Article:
no theatre required
Appropri8 make theatre that engages with the city, telling stories related to place, occupying sites and taking audiences on a journey through them.
Our premise is that theatre can exist everywhere - in hidden, abandoned and forgotten spaces and that taken out of its formal setting, theatre can potentially reach new audiences.
Artistic Director Sarah is an actor and architect with a passion for film and theatre making. She trained as an architect at the Architectural Association and as an actor at Drama Centre, Central St Martins. Appropri8 is intended to unite these passions.
Appropri8's inaugural piece 'Urban Histories' was first performed with Nadine and Veronica, whom She met at Drama Centre.
News & Updates
On June 10th 2017 we will be taking over the The OlD Paddling Pool, On Millfield's Park an dcreatign a theatre out of wood pallets.
We'd really love you to get involved, here's how you can:
Volunteer for the build
Perform with us
Share your story
Submit your film
email firstname.lastname@example.org for further details
We are also looking for submissions from Local Filmmakers and writers on the subject of Hackney and migration. We are looking for stories that tell of people's memories of Hackney and how they came to live there. Please get in touch, to find out more. Submission guidelines: Film: Please submit films of any genre, narrative, documentary or animation and up to 20mins by completing this form including a link to your film. The deadline for submissions is June 27th. Writing: We are looking for short stories or monologues telling of people's journey to and lives in Hackney. The deadline for writers is May 27th.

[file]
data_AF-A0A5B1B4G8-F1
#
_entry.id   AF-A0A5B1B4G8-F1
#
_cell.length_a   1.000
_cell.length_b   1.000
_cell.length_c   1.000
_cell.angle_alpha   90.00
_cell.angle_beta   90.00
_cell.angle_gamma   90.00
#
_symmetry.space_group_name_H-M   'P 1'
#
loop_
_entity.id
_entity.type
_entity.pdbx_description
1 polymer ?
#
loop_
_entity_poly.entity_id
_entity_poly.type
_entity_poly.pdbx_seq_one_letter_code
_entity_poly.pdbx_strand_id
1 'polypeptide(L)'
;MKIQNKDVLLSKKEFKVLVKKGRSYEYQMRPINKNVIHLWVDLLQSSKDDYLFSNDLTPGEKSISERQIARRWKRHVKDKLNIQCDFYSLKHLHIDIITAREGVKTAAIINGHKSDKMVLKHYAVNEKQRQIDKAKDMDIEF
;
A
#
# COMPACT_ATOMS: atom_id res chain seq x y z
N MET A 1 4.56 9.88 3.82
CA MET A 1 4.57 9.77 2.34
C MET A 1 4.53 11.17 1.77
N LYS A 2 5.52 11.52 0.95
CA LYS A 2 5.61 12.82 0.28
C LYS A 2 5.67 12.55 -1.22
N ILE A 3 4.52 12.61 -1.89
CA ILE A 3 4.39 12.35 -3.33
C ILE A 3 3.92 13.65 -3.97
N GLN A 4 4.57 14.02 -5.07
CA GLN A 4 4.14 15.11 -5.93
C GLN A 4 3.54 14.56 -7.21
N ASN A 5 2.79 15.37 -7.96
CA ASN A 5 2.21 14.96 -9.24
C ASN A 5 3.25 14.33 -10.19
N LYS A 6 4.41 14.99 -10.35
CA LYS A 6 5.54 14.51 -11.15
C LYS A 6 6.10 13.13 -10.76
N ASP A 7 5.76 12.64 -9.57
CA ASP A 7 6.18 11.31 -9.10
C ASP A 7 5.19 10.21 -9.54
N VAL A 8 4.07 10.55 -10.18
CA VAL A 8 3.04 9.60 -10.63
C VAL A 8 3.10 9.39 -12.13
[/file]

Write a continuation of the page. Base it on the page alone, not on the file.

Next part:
We will be taking over the Old Paddling Pool for a day in June and are looking for submissions from filmmakers and storytellers local to Hackney.
Stories and photos gathered as part of #Hackneytstories for the Cine-Theatre
The Professor Of Shoes
The man I am dubbing 'The Professor' is one of the most experienced shoe repair men I have ever met and proprietor of one the oldest surviving shoe repair shops in North-East London, which is situated on one of London's oldest terraces. He has been repairing shoes for years from this spot for 35 years and I have become increasingly curious about how this shop survives while Stoke Newington gentrifies around it. I was privileged to discover his story as I interviewed and photographed him for #hackneystories at .
His story could be from the present day, he arrived aged 10, accompanied by his parents and siblings, fleeing war and hoping to start a new life. His father soon set up the business he now runs and like many others they became part of the rich texture of our city. Taking over from his father in the late 70s. Trained by his father a shoemaker, he has a passion for giving new life to shoes and is possibly one of the most experienced shoe repair men you will find in this part of town and his shop sits in own of the city's oldest terraces.
A Love for Food, Culture and London Life @Bernsteins